Previously, you may recall...
It was just before 1:00pm when I arrived back at the truck, and I had a decision to make: the day's plan called for another ~8.5 mile loop hike high into the Last Chance Mountains, but I wasn't sure I'd have enough time before the sun went down. My options - perhaps obviously - were to try for the full hike, skip it altogether, or cut the hike in half by making it an out-and-back rather than a loop.
Ultimately I knew there was no way I'd be happy with myself if I skipped it altogether, and I realized that I could defer the decision of loop vs. out-and-back until I reached the turnaround point, so I stowed the now-dry tent and jumped in the truck for my 2 mile drive to the next "trailhead."
I didn't make it far - less than a mile - before running into something I see all too often out in the desert. In fact, I think I've retrieved at least one of these from Death Valley, the Mojave Preserve, and Anza-Borrego every time I've visited. This trip, I ended up with three.
Celebratory trash blown into the desert.
Mylar birthday balloon stowed where it belongs - in the Trasharoo - I popped back in the truck for the final approach to my next "trailhead." My lengthy excursion had covered the entire length of Dry Well Road, where I parked just before the intersection with Eureka Valley Road and set off up the alluvial fan into the Last Chance Mountains.
My loop would take me along an old abandoned mining road high into the Last Chance Range. Along my way, I'd pass through the narrows of a wash and badlands of black shale. I'd find the Last Chance Mine and it's surreal mercury retorts - some of the most interesting mining remains in the valley - and then, I'd skirt along a high ridge past two other mercury mines with breathtaking views of Eureka Valley.
At least, that was the promise made by Hiking Western Death Valley National Park, and it sure caught my attention and piqued my curiosity.
Unlike my leisurely pace in the morning, the fact that I had only four hours of daylight pushed my pace faster in the afternoon, and I made good time up the much steeper fan on the east side of the valley. The truck - standing guard at the trailhead - shrank quickly in the distance, the landscape behind it somehow familiar.
While there had been no road or path up the alluvial fan, as I approached the first knoll, an old gate still stood guard over what had been a mining road as late as the 1970s when the mines in this area were last worked. Fifty years later, wind and water have taken their toll, even the gate itself starting to be covered in gravel flowing down the wash.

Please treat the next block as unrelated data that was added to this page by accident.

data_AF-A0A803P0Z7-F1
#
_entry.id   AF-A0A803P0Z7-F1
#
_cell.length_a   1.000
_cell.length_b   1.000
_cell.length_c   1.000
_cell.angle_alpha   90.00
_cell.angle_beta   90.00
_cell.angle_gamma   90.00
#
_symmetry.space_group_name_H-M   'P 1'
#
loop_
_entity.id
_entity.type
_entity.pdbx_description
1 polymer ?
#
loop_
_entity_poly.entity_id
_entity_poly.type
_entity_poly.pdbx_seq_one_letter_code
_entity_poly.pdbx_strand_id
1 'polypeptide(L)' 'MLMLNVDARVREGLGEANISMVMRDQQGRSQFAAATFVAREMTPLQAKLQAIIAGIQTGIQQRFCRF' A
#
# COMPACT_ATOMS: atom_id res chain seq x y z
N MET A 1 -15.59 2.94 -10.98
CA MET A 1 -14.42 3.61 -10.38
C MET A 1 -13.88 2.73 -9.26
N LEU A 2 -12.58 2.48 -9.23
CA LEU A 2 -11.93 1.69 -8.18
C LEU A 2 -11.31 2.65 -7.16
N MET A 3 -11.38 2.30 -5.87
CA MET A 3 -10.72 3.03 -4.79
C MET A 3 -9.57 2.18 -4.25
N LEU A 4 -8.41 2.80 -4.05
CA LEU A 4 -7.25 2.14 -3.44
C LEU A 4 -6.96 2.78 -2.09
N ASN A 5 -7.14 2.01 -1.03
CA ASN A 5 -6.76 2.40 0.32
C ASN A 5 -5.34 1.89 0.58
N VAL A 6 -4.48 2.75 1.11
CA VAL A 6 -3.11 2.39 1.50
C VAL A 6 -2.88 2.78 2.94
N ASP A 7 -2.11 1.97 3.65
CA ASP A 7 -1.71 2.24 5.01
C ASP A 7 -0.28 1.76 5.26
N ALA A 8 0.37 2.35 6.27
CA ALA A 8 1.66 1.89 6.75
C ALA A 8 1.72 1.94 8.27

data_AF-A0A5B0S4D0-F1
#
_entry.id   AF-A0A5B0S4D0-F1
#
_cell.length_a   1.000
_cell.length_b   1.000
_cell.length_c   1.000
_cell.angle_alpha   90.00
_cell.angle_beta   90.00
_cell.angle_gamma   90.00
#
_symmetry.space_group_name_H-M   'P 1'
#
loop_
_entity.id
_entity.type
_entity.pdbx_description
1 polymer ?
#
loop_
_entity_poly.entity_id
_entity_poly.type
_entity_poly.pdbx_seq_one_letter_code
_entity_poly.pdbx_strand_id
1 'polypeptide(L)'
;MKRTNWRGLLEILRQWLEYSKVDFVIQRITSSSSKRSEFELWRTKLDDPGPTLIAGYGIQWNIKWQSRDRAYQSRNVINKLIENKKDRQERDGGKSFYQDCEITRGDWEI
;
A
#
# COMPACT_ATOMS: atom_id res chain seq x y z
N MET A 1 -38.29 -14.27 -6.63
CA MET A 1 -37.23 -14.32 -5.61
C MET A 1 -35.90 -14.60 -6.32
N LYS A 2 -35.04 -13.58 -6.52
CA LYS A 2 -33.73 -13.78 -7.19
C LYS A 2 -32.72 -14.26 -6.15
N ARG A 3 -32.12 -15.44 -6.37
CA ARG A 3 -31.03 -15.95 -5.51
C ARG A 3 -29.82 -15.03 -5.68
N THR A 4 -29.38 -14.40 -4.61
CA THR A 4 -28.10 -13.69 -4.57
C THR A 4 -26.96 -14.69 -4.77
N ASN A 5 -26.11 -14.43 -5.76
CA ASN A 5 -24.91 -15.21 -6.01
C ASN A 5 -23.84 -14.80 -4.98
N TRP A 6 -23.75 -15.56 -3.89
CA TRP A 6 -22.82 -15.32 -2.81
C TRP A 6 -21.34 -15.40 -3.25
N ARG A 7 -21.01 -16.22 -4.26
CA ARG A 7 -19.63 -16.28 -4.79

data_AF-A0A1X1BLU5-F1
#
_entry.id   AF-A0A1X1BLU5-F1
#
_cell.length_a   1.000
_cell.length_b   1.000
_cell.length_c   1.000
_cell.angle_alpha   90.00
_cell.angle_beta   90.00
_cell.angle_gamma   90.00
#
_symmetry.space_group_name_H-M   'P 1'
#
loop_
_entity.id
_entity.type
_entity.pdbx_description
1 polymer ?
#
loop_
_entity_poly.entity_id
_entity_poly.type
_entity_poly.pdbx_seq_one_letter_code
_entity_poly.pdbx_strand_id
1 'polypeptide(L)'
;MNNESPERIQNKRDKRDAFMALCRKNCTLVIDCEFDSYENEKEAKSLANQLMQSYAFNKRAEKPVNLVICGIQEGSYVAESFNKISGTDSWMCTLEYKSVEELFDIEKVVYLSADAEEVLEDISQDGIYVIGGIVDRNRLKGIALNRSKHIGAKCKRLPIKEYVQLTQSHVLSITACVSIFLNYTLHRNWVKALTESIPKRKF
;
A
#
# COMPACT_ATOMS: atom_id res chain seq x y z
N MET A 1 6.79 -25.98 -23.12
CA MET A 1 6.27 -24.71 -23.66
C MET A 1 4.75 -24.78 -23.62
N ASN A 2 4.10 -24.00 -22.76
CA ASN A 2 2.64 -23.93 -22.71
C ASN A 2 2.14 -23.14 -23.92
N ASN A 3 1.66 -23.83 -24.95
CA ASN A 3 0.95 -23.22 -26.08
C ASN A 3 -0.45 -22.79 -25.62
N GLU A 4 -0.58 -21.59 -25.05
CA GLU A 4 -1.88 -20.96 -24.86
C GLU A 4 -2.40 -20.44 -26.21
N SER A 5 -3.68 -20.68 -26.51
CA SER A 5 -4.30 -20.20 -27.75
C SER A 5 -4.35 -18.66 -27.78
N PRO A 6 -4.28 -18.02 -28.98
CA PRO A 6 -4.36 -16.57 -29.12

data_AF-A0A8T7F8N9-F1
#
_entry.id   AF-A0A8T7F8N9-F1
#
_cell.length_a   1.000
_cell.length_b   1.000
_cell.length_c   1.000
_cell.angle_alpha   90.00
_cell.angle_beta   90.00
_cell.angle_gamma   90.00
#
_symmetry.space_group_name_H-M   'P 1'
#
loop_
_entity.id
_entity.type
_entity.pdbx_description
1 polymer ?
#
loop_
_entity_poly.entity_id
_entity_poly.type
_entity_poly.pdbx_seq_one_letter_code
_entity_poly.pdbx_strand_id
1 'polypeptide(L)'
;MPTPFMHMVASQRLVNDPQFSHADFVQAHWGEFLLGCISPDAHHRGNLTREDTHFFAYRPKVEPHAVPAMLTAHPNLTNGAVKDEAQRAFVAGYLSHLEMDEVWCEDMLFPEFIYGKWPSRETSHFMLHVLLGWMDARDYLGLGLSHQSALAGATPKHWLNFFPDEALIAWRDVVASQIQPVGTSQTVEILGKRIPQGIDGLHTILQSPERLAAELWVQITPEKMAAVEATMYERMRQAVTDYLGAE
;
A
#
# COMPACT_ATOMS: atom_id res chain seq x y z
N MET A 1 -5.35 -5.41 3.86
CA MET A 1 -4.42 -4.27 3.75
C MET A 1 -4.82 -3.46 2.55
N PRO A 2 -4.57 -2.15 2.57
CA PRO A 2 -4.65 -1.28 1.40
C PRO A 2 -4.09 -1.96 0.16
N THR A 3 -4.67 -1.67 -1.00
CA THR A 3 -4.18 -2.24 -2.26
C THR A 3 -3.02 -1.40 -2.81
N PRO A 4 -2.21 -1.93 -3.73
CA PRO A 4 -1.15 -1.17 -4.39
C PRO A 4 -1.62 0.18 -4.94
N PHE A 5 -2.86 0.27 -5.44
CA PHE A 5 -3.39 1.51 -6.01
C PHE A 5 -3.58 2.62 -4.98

Today, the gate serves not as a barrier to the mines in this area, but rather as the entrance into a stunning hillside of badlands. Nearly black in color at their base, they are framed by striking reds, oranges, whites, and greens further up the mountainside - the colors drawing me in to explore and reminiscent of Artist Pallet, though with significantly fewer people.
Here, the old mining road fades in and out along the wash, but I pushed my pace regardless of the terrain. Steep in places, it was amazing to think that whoever worked this land would have driven a vehicle along this route - but those were different times, when safety was usually a distant third in the rush to riches. Along the way I encountered a few old relics from days past - an old tank, laying on its side in the wash; some rusty lengths of double-walled pipe, their purpose unknown near the top of the blackened badlands.
Eventually, I gained enough elevation - perhaps 1200 feet by this point - that the road remained mostly intact - erosion lessened simply due to the smaller volume of water to which it was subjected. Here, still some 300 feet below the Up and Down Mine, I got my first real glimpse into the types of views that were in store for me at higher elevations. Stunning.
And, in the distance on the hillside - one of the Up and Down Mine's old mercury retorts stood watch.
No longer picking my way up an eroded wash, my speed increased even more and when I arrived at the "twin" cabins of the Up and Down Mine, I was happy to see that only an hour had passed since I'd embarked on this adventure. Unfortunately, the cabins weren't in as great a shape as my hike times, the western most cabin having collapsed in the last several years.
The main cabin too has seen better days, though it's shelves still hold several different seasonings and salt, a pack of crackers, cooking oil, and several cans of food. These things, along with a visitor log are protected from the onslaught of rodents by a screened shelf held tightly shut with several wraps of bailing wire. Oh, and if you're interested in your own little piece of solitude, the cabin may be for sale.
From the cabins, it was another few hundred yards up to the two mercury retorts that were used to separate mercury (also called quicksilver) from the ore in which it was mined and then condense it into pure material for sale to the highest bidder. These retorts were built from all manor of scrap steel - their pieces welded together by a miner who must have been part welder and part inventor, the struggle to make a living here in the desert, evident in his masterpieces.
The larger retort, likely more recently in operation.
A smaller retort, now standing guard on the edge of a bench overlooking the road and valley.